Now while there are things that separate Fire Emblem from other games, that’s not the only things that make the games great. While the game’s story is very generic, you’re in one country and another country declares war, the execution is very well done. The games go all out with the stories where you’re forced out of your homes and it requires you to go to all sorts of places to recruit help before the final battle. In the process the games really deliver a lot of information about the lore and cultures of the individual games which really gives each game its own unique flair. It really feels like each game has its own complex civilization with its own rules, customs and personality quirks. While each game has the same base mechanics, each game really creates its own world to experience.

The last thing I want to bring up is the fact that each game also has a focal point. What I mean by that is there is a core topic that revolves around each game that is prevalent throughout the entire game. In Path of Radiance the game delves deep into the cruelty of racial diversity, Sacred Stones is a lot about family, Awakening deals a lot with self-realization and Fates puts a lot of emphasis on morality. This focus really helps with bringing the series to life because the games cover topics where the players can see the characters grow and mature as they get a better understanding of this topic and as a result it not only makes for a more convincing story, but the characters themselves become more relatable as they tackle personal issues that we either understand from personal experience or just know a lot about the significance of the topic.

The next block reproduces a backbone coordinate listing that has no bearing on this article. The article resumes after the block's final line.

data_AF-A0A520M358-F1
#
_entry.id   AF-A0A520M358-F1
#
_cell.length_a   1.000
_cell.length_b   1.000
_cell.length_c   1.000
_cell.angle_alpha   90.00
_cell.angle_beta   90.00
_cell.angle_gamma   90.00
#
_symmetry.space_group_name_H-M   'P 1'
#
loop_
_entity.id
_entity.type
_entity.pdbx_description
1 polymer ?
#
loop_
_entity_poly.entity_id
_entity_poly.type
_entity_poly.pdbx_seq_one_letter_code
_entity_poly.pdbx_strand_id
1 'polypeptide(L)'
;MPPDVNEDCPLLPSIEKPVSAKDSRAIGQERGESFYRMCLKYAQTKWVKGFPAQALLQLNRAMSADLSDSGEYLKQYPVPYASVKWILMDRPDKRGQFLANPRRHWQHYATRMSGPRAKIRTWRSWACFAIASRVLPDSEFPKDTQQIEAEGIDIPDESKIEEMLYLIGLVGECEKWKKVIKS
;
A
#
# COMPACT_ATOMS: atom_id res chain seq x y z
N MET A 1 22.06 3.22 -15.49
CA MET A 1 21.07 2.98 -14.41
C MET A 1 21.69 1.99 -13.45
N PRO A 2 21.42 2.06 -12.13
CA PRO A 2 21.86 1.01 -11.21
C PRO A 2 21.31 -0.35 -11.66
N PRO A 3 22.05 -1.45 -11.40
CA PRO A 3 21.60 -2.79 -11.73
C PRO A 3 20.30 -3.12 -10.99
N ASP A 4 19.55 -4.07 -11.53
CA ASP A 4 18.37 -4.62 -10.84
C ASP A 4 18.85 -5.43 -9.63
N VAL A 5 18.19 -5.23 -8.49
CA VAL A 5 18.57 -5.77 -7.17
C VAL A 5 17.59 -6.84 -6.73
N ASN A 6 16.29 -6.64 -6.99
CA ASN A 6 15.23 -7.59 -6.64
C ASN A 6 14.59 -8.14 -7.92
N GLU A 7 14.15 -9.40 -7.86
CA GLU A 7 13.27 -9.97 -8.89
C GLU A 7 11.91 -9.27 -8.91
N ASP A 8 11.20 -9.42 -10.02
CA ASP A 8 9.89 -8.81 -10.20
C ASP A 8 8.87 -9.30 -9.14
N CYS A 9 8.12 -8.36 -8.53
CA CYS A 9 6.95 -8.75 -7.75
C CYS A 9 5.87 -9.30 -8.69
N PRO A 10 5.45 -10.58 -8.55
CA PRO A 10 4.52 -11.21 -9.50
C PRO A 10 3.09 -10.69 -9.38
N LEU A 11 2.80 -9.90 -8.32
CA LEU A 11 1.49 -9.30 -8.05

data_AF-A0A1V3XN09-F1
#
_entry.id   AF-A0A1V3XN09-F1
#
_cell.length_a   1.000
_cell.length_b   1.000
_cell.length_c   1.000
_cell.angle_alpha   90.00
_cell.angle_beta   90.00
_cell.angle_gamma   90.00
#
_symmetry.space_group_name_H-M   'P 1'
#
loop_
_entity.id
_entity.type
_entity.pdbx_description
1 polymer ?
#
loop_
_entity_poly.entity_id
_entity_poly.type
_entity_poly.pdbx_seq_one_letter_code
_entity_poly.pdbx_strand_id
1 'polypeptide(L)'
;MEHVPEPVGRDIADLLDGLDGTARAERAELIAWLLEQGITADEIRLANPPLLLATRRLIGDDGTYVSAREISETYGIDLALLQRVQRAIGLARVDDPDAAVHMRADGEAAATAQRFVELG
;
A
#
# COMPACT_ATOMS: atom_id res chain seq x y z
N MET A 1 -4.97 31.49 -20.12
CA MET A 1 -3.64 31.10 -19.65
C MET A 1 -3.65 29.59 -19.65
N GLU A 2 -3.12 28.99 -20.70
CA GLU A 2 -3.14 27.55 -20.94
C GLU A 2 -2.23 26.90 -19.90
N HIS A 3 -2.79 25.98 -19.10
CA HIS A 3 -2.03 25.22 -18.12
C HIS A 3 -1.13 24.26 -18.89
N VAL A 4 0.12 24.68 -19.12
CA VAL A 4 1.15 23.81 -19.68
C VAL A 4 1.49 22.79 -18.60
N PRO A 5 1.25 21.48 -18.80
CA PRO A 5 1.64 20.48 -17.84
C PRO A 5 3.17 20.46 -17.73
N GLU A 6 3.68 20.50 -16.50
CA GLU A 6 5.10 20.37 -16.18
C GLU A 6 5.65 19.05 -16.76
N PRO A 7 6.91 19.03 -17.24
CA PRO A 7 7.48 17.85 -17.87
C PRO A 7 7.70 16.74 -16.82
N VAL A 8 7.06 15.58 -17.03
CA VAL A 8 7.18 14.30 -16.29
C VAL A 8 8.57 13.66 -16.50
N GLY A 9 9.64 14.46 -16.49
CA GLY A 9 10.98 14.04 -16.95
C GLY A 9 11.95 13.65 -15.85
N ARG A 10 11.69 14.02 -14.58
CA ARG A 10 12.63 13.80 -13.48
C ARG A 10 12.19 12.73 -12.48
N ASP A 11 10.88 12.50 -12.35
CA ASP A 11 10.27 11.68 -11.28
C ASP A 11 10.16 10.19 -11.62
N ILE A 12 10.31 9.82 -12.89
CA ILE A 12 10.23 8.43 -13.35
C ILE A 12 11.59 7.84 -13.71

So there you have it. Fire Emblem does a lot of unique things well from easy mechanics that pile up and create complicated choices to characters that have somehow lived entire lives before you even pick up the game. Then there’s the traditional elements that are found in most RPGs, a compelling story, interesting characters and a lot of gameplay. When you pick a set of characters you absolutely enjoy watching and making every move count to ensure there survival you consider all of the aspects of the battlefield without fear of misunderstanding them, but simply a fear of failing your characters. When the battle is over the characters grow and mature they show you more of what makes them who they are, a reward to the players for getting them through the battle safe and sound. Fire Emblem truly stands out as an excellent strategy RPG because it simply does a lot of thing well, and the things they do well bounce off of the other elements so the things they do great become even better and that creates a memorable gaming experience.